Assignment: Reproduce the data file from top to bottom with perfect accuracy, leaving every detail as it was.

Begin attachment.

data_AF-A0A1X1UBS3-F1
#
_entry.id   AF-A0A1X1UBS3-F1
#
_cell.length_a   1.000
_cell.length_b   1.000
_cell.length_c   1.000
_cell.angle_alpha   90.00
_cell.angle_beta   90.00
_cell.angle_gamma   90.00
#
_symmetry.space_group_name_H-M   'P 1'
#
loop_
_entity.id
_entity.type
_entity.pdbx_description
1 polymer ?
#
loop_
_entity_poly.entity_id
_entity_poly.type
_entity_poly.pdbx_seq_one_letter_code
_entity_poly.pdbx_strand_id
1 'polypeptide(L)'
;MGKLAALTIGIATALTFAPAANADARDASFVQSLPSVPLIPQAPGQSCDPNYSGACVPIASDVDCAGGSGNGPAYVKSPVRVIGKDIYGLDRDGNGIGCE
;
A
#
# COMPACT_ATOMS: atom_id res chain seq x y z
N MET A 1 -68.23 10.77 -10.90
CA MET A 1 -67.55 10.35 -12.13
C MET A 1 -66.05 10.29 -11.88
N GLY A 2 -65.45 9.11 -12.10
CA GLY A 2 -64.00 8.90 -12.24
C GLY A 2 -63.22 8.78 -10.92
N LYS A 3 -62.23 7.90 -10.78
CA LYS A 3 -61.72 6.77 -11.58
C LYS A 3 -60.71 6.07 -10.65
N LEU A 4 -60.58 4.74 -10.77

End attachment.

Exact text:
data_AF-A0A1X1UBS3-F1
#
_entry.id   AF-A0A1X1UBS3-F1
#
_cell.length_a   1.000
_cell.length_b   1.000
_cell.length_c   1.000
_cell.angle_alpha   90.00
_cell.angle_beta   90.00
_cell.angle_gamma   90.00
#
_symmetry.space_group_name_H-M   'P 1'
#
loop_
_entity.id
_entity.type
_entity.pdbx_description
1 polymer ?
#
loop_
_entity_poly.entity_id
_entity_poly.type
_entity_poly.pdbx_seq_one_letter_code
_entity_poly.pdbx_strand_id
1 'polypeptide(L)'
;MGKLAALTIGIATALTFAPAANADARDASFVQSLPSVPLIPQAPGQSCDPNYSGACVPIASDVDCAGGSGNGPAYVKSPVRVIGKDIYGLDRDGNGIGCE
;
A
#
# COMPACT_ATOMS: atom_id res chain seq x y z
N MET A 1 -68.23 10.77 -10.90
CA MET A 1 -67.55 10.35 -12.13
C MET A 1 -66.05 10.29 -11.88
N GLY A 2 -65.45 9.11 -12.10
CA GLY A 2 -64.00 8.90 -12.24
C GLY A 2 -63.22 8.78 -10.92
N LYS A 3 -62.23 7.90 -10.78
CA LYS A 3 -61.72 6.77 -11.58
C LYS A 3 -60.71 6.07 -10.65
N LEU A 4 -60.58 4.74 -10.77